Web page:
I Am Not ‘Ladylike’ Nor Do I Want To Be

“Your behavior isn’t ladylike.”

I can no longer count on my hands or toes how many times I’ve gotten a lecture on how unladylike I am. My faithful response to this is, “I don’t like that term.” Then I send a screenshot of Google’s definition of the term. The not-so-sad truth is that I really don’t give a shit about being ladylike.

Disclaimer: I am not a feminist who is about to go on a rant about the inequalities females face due to this term (although I’m sure one could make an argument about how the expectations of a gentleman and being ladylike very much differ). I’m just kindly explaining how a well-regarded word is actually very offensive.

I Googled ‘ladylike’ and received several definitions:

Oxford Dictionary’s definition of the word was “appropriate for or typical of a well-bred, decorous woman or girl.”

Merriam Dictionary gave me four different definitions:

1. becoming or suitable to a lady.

2. resembling a lady in appearance or manners: well-bred

3. a) feeling or showing too much concern

b) lack in strength, force, or virility

4. polite and quiet in a way that has traditionally been considered suited to a woman

Now, why would I, or any woman, want to be any of these things?

Polite, yes of course. Quiet? Literally no can silence me. Well-bred? The synonyms (educated, respectful, well-mannered, polite, etc.) are less offensive. The word itself – I’m definitely not accepting it. Especially after I research the definition and the example given is, “she was too well-bred to say anything.”

Telling women to be “ladylike” is just another way to control and limit our actions and voice, all while diminishing our existence and purpose.

I’m not quiet; I’m highly opinionated and I put my opinions out there with a lot of pride. If I have a problem, you will hear my mouth. I lay out all my emotions and hide nothing. I probably use more profanity than a sailor.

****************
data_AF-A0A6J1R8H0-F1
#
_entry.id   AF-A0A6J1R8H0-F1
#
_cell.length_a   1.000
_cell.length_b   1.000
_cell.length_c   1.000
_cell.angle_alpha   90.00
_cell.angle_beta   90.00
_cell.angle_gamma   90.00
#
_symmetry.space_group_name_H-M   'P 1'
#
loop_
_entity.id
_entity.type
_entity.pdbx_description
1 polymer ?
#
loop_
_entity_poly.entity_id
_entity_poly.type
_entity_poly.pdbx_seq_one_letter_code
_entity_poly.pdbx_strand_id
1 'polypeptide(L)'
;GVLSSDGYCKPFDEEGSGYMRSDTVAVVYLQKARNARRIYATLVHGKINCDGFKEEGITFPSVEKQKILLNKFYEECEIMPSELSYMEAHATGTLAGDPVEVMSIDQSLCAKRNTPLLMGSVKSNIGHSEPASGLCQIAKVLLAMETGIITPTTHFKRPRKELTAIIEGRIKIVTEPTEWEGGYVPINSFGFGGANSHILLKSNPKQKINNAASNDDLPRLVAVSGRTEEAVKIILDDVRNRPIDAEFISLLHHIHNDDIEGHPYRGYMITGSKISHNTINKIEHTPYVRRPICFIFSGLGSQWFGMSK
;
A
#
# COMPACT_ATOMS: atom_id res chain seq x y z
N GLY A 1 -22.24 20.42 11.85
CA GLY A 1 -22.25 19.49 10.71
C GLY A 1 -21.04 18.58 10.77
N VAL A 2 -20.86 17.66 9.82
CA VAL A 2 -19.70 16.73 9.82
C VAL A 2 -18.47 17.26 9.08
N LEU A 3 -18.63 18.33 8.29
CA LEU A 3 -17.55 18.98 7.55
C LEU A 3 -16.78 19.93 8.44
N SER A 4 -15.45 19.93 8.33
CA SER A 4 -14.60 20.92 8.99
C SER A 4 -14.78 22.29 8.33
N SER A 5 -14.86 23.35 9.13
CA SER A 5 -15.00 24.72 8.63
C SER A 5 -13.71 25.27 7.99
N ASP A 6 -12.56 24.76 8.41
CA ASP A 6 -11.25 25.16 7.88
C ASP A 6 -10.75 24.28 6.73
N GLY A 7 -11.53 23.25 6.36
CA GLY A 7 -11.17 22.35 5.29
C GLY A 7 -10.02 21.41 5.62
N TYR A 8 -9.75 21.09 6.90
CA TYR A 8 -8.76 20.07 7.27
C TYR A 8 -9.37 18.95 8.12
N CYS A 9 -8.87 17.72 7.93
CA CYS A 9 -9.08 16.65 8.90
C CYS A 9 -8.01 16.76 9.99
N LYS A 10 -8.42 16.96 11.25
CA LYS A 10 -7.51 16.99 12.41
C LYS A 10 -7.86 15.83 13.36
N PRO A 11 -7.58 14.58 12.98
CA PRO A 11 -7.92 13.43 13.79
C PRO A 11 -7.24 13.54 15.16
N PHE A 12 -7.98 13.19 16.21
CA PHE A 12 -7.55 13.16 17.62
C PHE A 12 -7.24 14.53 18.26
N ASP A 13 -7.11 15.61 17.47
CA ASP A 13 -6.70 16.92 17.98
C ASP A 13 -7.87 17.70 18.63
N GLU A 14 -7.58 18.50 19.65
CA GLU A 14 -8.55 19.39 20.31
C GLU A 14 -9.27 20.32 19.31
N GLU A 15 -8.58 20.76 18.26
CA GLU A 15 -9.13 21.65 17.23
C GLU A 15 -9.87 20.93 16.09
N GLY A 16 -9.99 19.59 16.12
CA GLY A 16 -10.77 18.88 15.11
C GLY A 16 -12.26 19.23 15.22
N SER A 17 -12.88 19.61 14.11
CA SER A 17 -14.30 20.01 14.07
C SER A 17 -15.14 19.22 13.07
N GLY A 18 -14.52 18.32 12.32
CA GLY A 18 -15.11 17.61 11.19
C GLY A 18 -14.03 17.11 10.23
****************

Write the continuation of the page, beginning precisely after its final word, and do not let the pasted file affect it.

I don’t care about how elegant or proper I look. I look up ladylike and click images; I couldn’t imagine myself dressing like that regularly. I don’t wear skirts or dresses to my knees; I hate heels and flats; The only hats I wear are beanies and caps; and the last time I wore shades were in elementary school. I genuinely hate dresses and skirts; I wear sneakers with everything. How I dress is the furthest thing from conservative— a little distasteful majority of the time. I prefer sports bras or no bras at all, fitted crop tops, sheer shirts, leggings and baggy denim. If we’re being completely honest I’m a bare-it-all kind of person. One thing is for certain: my attire definitely doesn’t resemble one of a lady.

Don’t get me wrong I have suits, flats, and professional dresses and skirts for events, interviews, or work that requires professional attire. I can speak and be professional when required (the switch up is real guys). I’m also always polite, well-mannered, respectful, and all that other stuff— not because I’m trying to be “ladylike” but because I’m a decent human being who thinks everyone deserves to be treated with respect and kindness.

While I dress and do all these things, I’m also a well-educated woman with a GPA well over 3.0, still in college, with a shit ton of goals, and a job that I love. In addition to that, I’m writing this article from London because I chose to study abroad and learn during my summer instead of taking an actual break.

So when I get told I’m not being “ladylike” and I have no future or I’m not asking for respect because of how I speak or dress; because I voice my opinions that don’t fit social norms; or even because of the things I choose to post, I hope you understand why I’m offended. Society gets to decide that I deserve to be treated a certain way because I choose to express myself in ways that aren’t traditional.

Welp, guess what? I’m a woman, clearly not a lady (which is 100% fine with me given the technical definition). As a woman, I will continue to dress how I want to dress; post what I want to post; talk how I want to talk; and do whatever it is that I want to do. Why? Because it makes me happy and that’s how I express myself, and that is genuinely all that matters.

Published by Casey K. Daniels

23 year old writer from New York. This is your open invitation to crawl into my mind.

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